The original Futurama, 1939.

By far the most popular exhibit at the 1939 New York World’s Fair, the General Motors-sponsored Futurama (contained in its Highways and Horizons pavilion) was a gigantic diorama showcasing a proposed futuristic world of 1960, created by industrial designer Norman Bel Geddes. Unlike most utopian predictions, the Futurama turned out to be surprisingly accurate, in that it presented a country joined by a network of interstate highways which , for better or worse, did become a reality in the 50′s. Other predictions included helipads on skyscrapers, genetically modified food, and automatic highway systems.

After the simulated flight over this world of 1960, visitors exited into a full scale replica of one of the intersections seen in the diorama, which included elevated sidewalks.  Upon exiting, visitors were given a small pin that simply read “I Have Seen The Future” (Incidentally, I still have replicas of those on my old zazzle store!)



I took a trip to the local Games Workshop this morning to collect my order that I placed at the start of the week.
I had treated myself as I had a little win on the lottery and ordered a Goblin Doom Diver, some Cave Squigs and a Squig Herd for my upcoming Orcs & Goblins army.
When I was in the store, I realised that I still had some of my £60 budget for the month of March, so I snagged a box of night goblins, the latest issue of White Dwarf Weekly, and the new Horus Heresy novel Vengeful Spirit.
I’m really chuffed with the latest purchases, and I’ve got loads to be getting on with!
For now it’s back to the Skaven and I’ll hopefully have a unit of Clanrats completed today and then I’ll be moving onto a Warp Lightning Cannon.


Fantasy Flight Games is proud to announce a new edition of Cave Troll, a classic game of heroes, monsters, and racing for treasure! An ancient dungeon has been discovered, filled with treasure for anyone to claim. Unfortunately, this information is no secret. Others have heard of the same dungeon, and even now, they race to seize the gold before you. Your time is limited: gather your forces and enter the dungeon!

Full story HERE.


Here’s a collection of some pics I took today of some of my completed Resurrectionist figures!
They’ll be going up for sale as a bundle, along with some more Resurrectionist figures I’m putting the finishing touches on. That group and a bunch of other figures will be going up on ebay in the next few days!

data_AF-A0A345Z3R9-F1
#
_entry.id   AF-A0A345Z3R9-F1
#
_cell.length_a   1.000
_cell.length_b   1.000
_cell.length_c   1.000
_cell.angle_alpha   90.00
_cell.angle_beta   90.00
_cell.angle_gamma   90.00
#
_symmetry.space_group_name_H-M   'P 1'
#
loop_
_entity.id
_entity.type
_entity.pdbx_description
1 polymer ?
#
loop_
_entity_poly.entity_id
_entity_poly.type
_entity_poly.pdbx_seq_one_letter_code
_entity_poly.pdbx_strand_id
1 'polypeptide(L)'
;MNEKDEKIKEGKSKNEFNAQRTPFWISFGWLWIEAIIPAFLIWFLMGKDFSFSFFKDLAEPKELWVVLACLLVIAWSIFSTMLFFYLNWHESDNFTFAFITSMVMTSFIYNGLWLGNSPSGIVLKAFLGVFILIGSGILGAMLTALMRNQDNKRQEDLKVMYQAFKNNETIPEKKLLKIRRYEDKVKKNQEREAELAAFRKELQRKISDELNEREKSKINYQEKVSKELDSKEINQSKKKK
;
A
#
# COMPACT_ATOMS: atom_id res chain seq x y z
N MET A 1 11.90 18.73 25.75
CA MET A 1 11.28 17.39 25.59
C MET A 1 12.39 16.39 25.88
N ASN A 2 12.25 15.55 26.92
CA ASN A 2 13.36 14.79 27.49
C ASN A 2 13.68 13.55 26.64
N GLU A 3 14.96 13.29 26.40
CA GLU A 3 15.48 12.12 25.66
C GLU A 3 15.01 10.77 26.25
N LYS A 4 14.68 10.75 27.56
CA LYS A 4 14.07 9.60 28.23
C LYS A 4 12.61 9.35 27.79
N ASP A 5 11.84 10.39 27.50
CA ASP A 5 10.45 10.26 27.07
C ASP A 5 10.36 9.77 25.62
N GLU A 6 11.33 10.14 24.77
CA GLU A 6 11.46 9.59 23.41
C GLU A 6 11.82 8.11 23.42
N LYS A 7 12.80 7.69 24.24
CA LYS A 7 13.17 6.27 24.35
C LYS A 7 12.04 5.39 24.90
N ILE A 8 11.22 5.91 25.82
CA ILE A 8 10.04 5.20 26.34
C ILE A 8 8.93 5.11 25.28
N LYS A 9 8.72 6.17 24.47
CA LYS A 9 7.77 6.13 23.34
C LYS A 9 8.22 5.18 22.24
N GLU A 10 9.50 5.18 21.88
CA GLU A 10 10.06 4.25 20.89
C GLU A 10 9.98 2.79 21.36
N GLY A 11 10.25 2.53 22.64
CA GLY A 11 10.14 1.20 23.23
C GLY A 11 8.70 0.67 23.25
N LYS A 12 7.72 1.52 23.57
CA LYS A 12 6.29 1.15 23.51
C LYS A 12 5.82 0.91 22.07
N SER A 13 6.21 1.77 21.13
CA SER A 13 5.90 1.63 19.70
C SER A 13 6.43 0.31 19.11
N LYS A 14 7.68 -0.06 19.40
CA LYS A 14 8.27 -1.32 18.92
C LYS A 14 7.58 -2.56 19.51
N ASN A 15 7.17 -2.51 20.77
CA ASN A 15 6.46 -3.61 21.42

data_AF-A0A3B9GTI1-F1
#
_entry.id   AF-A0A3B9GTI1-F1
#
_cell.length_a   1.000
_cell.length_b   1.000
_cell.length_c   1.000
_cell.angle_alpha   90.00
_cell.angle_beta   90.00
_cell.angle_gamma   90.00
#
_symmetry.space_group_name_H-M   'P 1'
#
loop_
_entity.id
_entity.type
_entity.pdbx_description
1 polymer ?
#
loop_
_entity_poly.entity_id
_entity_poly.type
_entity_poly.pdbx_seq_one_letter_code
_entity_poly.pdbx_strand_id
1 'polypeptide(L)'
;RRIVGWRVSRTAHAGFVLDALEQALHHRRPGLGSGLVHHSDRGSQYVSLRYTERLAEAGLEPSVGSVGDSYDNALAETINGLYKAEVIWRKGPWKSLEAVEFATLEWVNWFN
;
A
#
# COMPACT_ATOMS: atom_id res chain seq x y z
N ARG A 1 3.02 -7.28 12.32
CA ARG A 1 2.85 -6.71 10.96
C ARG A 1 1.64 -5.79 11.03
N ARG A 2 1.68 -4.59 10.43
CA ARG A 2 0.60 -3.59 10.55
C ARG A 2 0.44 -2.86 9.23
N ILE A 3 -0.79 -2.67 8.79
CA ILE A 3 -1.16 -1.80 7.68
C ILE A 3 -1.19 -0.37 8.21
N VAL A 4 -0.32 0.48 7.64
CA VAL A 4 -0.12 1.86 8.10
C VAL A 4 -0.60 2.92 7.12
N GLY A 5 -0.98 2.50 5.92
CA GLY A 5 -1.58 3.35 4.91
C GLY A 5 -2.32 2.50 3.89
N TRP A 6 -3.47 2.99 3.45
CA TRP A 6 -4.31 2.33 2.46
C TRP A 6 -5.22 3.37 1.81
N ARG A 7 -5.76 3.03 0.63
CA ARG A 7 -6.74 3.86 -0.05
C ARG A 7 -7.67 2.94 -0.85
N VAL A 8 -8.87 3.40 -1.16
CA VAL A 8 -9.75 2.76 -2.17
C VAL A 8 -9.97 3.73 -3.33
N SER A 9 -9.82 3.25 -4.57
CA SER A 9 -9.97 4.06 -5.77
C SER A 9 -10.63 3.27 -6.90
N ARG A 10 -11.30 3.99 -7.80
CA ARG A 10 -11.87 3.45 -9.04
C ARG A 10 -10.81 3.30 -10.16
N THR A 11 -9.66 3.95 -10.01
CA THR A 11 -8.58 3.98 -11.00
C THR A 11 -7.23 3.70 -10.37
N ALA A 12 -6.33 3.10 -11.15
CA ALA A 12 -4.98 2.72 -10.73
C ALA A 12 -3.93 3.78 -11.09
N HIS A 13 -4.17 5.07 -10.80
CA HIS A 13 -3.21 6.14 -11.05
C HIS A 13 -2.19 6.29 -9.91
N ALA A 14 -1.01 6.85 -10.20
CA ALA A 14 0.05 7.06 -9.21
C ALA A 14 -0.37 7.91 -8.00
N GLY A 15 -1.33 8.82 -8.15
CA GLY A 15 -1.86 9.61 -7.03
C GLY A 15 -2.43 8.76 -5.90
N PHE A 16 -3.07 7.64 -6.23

Because with or without a job, I still need to eat and pay my bills and if I can’t do that, I might start to resemble my creations… Don’t get me wrong, I think they look cool. It’s just not my aesthetic.



I managed to finish off my second unit of Skaven Clanrats this afternoon. This unit is armed with hand weapons and I wanted them to look like a lower class than the unit with spears, hence the relative lack of actual armour plating.
I still need to finish off the bases, but that will have to wait as I have run out of my homemade green stuff cobblestones!
That’s 40 Clanrats finished now, and I’ve still got another 40 to paint!
Next up is the Warp Lightning Cannon, it’s a great kit and I can’t wait to get started on it!
Hope you guys like!


This guy cooks tiny food, with tiny pots and tiny utensils! It’s weirdly satisfying.

Here are tiny pancakes.


Today the Department of Miniature Marvels is marveling at the exquisitely detailed creations of Japanese miniature artist Tomo Tanaka. Since 2002 he’s been creating 1/12 scale miniature versions of all sorts of food and household items. Tanaka creates all of his miniature by hand, from scratch, primarily using clay and epoxy. He posts and publishes photos of his creations under the name Nunu’s House.

Despite their tiny size, everything that Tanaka creates looks so lifelike that you often can’t tell they’re miniature if he doesn’t include another object or his own fingers or hands in the photos for scale.

To check out more of his awesomely tiny creations visit Nunu’s House on Facebook, Twitter or Instagram.

[via Spoon & Tamago]